A woman was lucky to survive after making “errors too obvious to enumerate” and becoming lost between Mines Peak and Mount Flora on Berthoud Pass, CO.
The 20-year-old woman was snowshoeing with her dog in the Colorado backcountry when she became disoriented on the top of an avalanche zone north of Berthoud Pass. After trying to call her boyfriend, she called 911 and was told to stay where she was and wait for the rescue teams, before either her cell battery died, or the signal was lost.
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Instead, she decided to abandon her snowshoes and poles, as they were causing her to trip and fall, and began heading down the avalanche chute, where at least one person has been killed before.
She managed to hike through waist-deep snow in a drainage, and then uphill to a switchback on US Hwy 40, where a stranger picked her up. She was taken back to the top of the pass where SAR teams were about to depart on their rescue mission.
The woman was dressed in yoga pants, a sports bra, and a light jacket. The incident prompted a number of social media posts from SAR teams across COlorado, requesting people take the backcountry seriously and give it the respect it deserves.
“Our mountains are not a city park and *demand* your respect (and experience, knowledge, gear, and at least one partner).”
– Alpine Rescue Team based in Evergreen
Grand County Search and Rescue responded to four calls on Saturday, bring the total for 2021 to fifteen. The team says in a normal year they might not see fifteen in January AND February.
In 2020, the teams responded to 137 rescues, at an estimated cost of $651,946. Aside from the cost and time spent, with few exceptions, skiers and riders are not charged for search and rescue services.
Today’s rescue page was typical of the problems SAR teams have had recently with novices venturing into the backcountry unprepared. This is the narrative.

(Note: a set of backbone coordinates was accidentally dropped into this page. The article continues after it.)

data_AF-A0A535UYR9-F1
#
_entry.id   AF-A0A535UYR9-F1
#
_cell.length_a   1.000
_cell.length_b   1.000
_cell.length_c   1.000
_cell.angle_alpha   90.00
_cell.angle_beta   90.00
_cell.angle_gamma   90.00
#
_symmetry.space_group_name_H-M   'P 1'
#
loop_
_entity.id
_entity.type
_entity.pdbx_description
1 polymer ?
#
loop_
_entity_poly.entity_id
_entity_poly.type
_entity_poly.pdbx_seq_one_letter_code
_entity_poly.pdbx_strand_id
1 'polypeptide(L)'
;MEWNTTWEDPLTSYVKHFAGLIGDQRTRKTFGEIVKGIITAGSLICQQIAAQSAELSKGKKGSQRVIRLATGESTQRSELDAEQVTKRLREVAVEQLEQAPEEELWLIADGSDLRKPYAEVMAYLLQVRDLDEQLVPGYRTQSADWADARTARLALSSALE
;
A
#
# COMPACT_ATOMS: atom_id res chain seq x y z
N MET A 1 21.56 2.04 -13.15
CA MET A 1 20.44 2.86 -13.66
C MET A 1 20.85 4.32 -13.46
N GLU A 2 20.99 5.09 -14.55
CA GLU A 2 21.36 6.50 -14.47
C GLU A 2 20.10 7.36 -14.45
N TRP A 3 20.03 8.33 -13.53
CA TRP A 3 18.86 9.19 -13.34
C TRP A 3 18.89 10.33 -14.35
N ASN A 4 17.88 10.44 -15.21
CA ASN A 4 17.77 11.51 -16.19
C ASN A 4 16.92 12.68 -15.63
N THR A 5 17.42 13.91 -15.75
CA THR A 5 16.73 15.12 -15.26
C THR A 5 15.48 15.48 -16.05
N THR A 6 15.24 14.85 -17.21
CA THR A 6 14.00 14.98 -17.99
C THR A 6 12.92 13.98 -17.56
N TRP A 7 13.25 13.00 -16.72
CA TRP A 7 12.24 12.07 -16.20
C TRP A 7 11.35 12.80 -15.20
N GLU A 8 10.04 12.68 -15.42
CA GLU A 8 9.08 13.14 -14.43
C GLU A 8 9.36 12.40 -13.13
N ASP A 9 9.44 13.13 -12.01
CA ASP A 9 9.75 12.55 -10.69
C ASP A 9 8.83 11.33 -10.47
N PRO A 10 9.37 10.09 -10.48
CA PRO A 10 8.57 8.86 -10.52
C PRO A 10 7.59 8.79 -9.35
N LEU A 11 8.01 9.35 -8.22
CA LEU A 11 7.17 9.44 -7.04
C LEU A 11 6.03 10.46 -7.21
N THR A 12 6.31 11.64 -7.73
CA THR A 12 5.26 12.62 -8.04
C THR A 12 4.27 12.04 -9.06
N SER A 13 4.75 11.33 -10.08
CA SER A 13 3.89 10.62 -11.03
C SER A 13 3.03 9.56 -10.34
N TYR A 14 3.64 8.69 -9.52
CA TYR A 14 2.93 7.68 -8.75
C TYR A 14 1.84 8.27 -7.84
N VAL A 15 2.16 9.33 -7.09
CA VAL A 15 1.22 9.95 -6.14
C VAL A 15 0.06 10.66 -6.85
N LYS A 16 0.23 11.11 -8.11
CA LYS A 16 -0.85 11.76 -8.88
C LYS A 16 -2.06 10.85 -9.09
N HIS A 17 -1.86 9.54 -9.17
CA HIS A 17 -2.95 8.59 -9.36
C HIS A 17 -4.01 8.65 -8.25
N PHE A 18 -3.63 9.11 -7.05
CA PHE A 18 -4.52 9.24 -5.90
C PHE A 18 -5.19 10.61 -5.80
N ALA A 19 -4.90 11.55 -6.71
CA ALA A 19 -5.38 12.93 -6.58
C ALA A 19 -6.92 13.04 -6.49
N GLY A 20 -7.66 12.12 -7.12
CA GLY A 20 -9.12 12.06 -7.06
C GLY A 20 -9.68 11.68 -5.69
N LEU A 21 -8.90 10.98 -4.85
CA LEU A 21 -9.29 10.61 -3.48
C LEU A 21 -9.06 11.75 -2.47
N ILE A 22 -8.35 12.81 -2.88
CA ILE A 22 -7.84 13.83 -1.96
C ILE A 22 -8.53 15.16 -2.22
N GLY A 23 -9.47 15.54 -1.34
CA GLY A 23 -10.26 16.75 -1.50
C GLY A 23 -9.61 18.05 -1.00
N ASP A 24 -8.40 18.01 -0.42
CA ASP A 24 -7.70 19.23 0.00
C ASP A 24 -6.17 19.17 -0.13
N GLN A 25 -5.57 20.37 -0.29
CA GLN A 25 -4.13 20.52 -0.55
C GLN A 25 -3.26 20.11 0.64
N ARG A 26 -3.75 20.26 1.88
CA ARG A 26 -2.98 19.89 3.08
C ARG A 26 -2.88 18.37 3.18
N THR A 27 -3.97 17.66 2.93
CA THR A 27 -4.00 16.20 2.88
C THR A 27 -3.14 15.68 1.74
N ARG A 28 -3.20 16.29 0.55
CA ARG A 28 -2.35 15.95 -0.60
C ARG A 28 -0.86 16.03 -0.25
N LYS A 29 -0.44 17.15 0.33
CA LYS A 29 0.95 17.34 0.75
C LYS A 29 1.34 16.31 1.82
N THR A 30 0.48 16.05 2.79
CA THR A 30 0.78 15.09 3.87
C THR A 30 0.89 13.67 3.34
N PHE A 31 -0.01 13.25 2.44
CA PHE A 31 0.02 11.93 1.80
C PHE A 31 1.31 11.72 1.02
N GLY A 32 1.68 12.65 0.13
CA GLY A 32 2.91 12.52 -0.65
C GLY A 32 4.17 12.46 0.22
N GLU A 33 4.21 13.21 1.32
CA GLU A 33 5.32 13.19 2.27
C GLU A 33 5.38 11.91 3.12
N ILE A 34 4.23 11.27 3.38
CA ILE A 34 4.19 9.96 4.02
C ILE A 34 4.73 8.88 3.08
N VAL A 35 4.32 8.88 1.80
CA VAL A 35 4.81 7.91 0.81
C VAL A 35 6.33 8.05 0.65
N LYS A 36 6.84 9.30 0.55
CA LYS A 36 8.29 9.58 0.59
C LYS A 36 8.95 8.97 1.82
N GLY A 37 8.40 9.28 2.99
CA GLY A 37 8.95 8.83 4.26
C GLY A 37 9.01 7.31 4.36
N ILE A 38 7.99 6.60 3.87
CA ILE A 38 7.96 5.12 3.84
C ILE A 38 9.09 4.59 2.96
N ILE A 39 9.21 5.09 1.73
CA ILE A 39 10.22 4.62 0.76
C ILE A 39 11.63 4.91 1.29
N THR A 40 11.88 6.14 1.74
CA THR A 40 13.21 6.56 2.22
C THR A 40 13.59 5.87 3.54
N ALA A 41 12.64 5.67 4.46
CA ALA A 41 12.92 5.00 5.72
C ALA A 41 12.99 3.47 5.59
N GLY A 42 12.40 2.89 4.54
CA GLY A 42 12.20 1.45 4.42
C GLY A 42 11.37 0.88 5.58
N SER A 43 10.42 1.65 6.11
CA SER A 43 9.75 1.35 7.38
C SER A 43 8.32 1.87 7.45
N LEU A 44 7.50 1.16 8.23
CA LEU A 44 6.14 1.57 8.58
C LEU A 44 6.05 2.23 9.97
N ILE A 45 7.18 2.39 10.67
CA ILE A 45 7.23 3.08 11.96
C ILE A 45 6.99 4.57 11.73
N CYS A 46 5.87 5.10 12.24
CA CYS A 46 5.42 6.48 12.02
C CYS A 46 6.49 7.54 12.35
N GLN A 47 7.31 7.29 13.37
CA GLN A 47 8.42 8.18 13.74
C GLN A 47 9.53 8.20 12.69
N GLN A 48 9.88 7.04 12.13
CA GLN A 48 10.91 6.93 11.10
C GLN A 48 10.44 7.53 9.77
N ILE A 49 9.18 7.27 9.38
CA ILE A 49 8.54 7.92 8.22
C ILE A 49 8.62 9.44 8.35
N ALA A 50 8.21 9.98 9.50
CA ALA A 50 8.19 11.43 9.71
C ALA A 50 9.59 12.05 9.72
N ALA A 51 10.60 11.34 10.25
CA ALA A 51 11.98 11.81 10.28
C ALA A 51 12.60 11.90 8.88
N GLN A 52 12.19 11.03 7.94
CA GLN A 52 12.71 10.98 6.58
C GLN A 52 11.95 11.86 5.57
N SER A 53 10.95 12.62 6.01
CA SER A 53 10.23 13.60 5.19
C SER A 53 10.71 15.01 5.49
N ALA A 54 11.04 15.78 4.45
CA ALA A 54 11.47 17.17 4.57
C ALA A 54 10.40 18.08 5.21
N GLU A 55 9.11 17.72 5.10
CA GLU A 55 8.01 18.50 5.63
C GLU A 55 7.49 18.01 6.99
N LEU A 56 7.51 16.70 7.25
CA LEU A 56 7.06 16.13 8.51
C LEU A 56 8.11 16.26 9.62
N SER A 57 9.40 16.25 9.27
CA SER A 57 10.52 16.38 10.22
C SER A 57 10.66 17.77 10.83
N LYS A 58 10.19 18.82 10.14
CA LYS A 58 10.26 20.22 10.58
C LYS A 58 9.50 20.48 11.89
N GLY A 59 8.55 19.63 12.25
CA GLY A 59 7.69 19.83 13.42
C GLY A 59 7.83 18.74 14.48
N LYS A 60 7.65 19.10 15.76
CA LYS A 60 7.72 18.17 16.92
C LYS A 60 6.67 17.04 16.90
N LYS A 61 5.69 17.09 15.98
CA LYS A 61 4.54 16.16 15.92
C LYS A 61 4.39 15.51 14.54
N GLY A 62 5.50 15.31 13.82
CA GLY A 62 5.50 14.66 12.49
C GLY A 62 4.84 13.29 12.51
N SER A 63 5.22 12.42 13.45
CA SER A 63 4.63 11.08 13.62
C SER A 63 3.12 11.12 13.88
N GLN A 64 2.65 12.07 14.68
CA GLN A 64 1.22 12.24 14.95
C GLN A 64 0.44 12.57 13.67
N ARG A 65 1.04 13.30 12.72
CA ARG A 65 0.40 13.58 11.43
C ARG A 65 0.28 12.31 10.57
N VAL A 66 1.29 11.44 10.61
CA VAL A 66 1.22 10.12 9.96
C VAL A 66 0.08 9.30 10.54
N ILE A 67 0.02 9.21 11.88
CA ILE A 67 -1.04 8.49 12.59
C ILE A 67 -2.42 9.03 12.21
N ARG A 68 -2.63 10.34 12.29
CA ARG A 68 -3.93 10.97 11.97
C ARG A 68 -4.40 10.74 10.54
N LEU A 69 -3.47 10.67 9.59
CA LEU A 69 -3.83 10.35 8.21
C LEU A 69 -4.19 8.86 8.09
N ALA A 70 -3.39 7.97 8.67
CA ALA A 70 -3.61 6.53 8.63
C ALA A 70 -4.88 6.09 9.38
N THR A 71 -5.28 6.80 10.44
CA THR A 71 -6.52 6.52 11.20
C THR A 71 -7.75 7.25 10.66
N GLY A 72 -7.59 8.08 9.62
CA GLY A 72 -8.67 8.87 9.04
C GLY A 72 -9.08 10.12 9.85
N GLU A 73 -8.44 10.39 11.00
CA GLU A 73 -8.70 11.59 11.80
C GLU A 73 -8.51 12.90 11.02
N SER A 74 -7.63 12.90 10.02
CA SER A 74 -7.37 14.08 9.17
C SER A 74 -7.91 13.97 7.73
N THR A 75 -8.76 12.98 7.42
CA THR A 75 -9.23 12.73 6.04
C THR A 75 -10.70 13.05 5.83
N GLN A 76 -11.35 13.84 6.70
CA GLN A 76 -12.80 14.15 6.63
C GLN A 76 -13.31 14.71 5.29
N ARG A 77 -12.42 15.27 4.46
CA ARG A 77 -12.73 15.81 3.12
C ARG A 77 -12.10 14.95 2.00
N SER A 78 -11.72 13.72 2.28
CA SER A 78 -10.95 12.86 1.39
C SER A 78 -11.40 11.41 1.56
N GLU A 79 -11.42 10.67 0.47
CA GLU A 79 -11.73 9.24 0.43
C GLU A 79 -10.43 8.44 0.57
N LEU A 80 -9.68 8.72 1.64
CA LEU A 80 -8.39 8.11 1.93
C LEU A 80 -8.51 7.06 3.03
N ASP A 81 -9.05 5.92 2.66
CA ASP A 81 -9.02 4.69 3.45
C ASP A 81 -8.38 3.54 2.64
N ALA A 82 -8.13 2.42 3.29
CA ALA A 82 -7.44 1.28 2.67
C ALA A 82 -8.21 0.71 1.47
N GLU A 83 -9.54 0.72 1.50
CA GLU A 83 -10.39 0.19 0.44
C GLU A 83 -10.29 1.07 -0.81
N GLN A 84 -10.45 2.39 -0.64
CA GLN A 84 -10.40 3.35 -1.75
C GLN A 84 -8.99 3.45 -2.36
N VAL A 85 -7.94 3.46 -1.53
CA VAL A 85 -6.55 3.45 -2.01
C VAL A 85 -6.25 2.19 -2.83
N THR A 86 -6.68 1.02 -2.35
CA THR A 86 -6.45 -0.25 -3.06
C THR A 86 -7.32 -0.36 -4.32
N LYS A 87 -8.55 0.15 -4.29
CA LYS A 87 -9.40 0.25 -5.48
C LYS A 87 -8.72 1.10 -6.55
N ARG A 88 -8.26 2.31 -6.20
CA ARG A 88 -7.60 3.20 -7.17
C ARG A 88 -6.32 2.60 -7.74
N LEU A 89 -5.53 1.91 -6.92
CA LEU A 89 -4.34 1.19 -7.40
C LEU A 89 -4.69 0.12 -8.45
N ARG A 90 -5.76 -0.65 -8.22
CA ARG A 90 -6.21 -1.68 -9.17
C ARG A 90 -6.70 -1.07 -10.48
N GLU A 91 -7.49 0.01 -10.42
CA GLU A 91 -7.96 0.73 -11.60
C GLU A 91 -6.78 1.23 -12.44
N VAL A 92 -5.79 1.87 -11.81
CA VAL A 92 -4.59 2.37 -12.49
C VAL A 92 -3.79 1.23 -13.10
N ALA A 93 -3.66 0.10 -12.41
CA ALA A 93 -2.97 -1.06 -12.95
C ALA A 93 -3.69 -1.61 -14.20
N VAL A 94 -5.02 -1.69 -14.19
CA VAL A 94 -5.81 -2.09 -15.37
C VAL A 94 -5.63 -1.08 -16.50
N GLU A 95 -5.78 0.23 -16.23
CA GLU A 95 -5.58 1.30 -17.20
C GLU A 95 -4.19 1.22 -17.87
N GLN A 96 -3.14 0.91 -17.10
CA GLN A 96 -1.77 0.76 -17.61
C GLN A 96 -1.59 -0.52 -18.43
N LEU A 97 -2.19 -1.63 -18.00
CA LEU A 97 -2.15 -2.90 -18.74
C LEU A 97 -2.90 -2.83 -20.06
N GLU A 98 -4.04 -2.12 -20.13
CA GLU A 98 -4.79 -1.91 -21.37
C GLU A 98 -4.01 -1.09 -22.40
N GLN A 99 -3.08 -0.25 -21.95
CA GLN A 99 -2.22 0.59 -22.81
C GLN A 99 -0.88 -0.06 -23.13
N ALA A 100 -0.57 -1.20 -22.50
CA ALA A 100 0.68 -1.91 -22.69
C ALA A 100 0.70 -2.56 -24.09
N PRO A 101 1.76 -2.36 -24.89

A 20-year-old Colorado Springs woman went for a short snowshoe from the top of Berthoud Pass. The woman was dressed in yoga pants, a sports bra, and a light jacket. She had a water bottle, maybe a light sweater. Her Husky type dog accompanied.
She became disoriented and, after calling her boyfriend, called 911. Her 911 coordinates put her at the top of an avalanche zone north of Berthoud Pass. She was advised to stay put and wait for rescue. Her cell phone then lost service – either low battery, or no service.
GCSAR started a full response.
The woman, accompanied her dog, decided to abandon her snowshoes and poles (because they caused her to trip and fall) and head downhill. She traveled down a known avalanche chute that has killed at least one person.
At the bottom of the chute she encountered waist deep snow. She was able, somehow, to travel uphill to a switchback on Highway 40.
A passerby picked her up and brought her back to the top of the pass just as SAR members were gearing up to head into the field.
The errors made here are too obvious to enumerate.
Please – educate yourself on backcountry hazards, travel with a partner and carry the proper clothing and equipment for the environment.